WordPress HelpCenter will be ceasing operations on February 28th. Between now and then we will be working with existing customers to wrap up all of our committed projects, but we will not be taking on any new projects. For customers that purchased WPHC support for the Carrington Business theme, we have created a special premium support offering through Crowd Favorite to fulfill your support needs from March 1 forward.1
That’s the summary, here are the details.
This was a really tough decision for me. When I created the HelpCenter I had a couple of goals for it:
- Provide a support and quick-turn development service to the WordPress community that I think it desperately needs.
- Provide relief for plugin and theme developers that don’t wish to offer support, and give their users a good resource for support when they need assistance.
I never expected it to be a very profitable service due to the nature of the work we were targeting, but I thought it would fill a significant need.
Unfortunately we were not able to get the traction with developers that I was hoping for. Part of that may have been due to the $1 payout amount, so we were planning to increase that to 10% and created a set of tools to make it really easy for developers to include in their plugins. We never made this change or released these tools because their readiness coincided with the culmination of feedback from the community that commercial support for free plugins and themes just wasn’t something they were willing to pay for.
When we initially started the service, we did so as a partnership with another hosting and development company. Unfortunately, didn’t work out as I’d hoped and we brought it in-house and hired full time staff to help it grow. Since then we had as many as 4 full time staff on board.
Hiring for WPHC was extremely difficult. We needed generalists that knew WordPress very well, that were also personable and comfortable talking with customers. It’s a hard combination to find, and harder still to find at a salary range that the WPHC projects could support. Ultimately many of them left, tired of dealing with the fraction of our customers that were rude and unpleasant.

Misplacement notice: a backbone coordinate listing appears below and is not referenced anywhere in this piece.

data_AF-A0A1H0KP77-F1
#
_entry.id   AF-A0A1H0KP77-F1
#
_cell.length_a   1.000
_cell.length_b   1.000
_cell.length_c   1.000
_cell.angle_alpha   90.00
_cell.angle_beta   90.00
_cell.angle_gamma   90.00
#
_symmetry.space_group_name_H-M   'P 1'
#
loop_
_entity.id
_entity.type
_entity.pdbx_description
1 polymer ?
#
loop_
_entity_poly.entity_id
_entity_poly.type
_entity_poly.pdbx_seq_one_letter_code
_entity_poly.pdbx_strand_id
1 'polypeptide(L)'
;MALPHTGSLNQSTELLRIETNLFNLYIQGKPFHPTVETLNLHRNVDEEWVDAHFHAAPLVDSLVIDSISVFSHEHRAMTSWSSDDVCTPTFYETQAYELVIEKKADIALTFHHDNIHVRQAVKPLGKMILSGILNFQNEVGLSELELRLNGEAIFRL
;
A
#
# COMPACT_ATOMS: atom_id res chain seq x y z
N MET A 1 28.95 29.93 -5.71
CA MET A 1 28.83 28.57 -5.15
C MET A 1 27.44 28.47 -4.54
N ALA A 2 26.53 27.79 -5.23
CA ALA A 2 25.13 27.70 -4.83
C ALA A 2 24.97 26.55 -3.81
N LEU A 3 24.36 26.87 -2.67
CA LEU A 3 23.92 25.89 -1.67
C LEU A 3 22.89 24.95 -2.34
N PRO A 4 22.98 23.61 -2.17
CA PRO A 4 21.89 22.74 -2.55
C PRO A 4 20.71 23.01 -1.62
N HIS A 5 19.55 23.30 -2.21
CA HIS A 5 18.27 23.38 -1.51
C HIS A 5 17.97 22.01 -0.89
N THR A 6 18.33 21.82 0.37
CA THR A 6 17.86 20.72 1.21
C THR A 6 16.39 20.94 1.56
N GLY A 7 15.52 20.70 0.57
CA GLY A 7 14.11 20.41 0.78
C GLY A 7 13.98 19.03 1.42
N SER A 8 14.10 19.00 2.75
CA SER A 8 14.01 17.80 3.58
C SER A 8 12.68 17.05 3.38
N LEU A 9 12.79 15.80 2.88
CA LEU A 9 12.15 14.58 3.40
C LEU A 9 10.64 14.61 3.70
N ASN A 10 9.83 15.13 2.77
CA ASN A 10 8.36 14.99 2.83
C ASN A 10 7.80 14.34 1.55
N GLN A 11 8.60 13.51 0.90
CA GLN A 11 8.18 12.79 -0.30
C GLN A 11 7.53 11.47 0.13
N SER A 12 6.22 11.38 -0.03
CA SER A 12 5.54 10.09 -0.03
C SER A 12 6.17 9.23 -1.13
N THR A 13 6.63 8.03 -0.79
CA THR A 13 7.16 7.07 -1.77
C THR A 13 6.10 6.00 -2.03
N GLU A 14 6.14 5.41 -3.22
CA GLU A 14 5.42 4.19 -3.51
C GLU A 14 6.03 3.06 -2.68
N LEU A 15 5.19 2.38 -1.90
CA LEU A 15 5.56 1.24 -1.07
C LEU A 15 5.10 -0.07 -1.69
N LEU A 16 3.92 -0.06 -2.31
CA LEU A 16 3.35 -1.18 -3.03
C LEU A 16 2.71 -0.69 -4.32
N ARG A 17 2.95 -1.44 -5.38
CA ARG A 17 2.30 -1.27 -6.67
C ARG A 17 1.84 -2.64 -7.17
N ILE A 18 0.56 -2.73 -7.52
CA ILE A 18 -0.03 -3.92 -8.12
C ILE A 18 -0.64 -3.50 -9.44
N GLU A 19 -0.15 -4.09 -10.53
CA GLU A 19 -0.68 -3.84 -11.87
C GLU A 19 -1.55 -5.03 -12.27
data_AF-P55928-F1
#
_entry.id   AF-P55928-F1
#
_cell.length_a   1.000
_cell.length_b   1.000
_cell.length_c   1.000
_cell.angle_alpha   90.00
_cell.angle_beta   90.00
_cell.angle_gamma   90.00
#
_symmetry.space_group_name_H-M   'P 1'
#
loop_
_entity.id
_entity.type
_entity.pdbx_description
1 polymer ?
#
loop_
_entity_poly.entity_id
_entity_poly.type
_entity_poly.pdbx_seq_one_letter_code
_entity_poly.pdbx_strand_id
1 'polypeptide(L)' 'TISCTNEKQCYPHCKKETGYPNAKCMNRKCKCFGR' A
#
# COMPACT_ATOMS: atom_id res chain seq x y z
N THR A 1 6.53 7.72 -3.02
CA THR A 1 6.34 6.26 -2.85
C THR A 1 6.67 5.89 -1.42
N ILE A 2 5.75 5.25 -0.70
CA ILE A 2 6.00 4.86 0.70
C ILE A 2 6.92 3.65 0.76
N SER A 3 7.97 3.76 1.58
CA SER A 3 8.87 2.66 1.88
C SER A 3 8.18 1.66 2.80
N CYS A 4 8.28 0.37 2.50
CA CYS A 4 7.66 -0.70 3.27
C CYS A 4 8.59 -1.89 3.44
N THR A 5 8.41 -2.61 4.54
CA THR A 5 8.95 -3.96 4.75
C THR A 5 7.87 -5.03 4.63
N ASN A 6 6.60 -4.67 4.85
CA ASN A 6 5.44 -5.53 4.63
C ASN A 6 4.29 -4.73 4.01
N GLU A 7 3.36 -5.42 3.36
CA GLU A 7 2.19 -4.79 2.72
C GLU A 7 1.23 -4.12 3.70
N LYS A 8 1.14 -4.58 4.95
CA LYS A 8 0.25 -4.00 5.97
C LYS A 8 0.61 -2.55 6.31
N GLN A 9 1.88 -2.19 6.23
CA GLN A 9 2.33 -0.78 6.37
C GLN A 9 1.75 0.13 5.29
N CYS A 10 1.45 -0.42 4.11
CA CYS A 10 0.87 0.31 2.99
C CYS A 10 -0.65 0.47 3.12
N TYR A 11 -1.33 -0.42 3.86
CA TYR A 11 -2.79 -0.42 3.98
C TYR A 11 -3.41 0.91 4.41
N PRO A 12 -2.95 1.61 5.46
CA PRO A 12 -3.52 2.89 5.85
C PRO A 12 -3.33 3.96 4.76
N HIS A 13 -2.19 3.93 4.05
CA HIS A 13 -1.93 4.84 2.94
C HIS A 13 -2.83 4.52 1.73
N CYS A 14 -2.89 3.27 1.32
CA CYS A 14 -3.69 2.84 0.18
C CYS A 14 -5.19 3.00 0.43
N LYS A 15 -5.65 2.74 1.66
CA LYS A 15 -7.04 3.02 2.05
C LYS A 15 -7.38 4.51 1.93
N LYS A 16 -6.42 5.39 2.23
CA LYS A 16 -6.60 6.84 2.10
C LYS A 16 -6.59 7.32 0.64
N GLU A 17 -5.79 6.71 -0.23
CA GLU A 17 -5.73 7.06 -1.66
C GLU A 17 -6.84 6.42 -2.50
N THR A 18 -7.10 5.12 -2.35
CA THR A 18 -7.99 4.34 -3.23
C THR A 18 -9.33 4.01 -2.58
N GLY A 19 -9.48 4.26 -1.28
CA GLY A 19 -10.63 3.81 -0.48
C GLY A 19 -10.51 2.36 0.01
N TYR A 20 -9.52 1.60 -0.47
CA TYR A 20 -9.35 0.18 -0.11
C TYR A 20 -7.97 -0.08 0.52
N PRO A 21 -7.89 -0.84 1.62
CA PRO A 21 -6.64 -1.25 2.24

In retrospect (and as advice for the next person who decides to create a service like this), a different approach would have probably worked much better. I would recommend getting funding in place so that you can hire and do internal training, then come to market with a 5-6 person team (with dedicated sales and project management roles) in place from the start. Then it’s just a matter of providing great service and doing smart marketing to generate revenue. I would also recommend including a training offering, as that seems to be a service many people find valuable.
I still think the concept of the WPHC is an important one for the WordPress community, and a service that is very much needed now that WordPress has made the transition from Open Source project to a product that many folks (who do not consider themselves technical) rely on and use on a daily basis. I hope that next foray into this space is more successful.
At the same time, Crowd Favorite is flourishing nicely. We’ve got a number of open positions right now, including spots for interns and more experienced developers.
- You will receive an email about this shortly. [back]
This post is part of the project: WP HelpCenter. View the project timeline for more context on this post.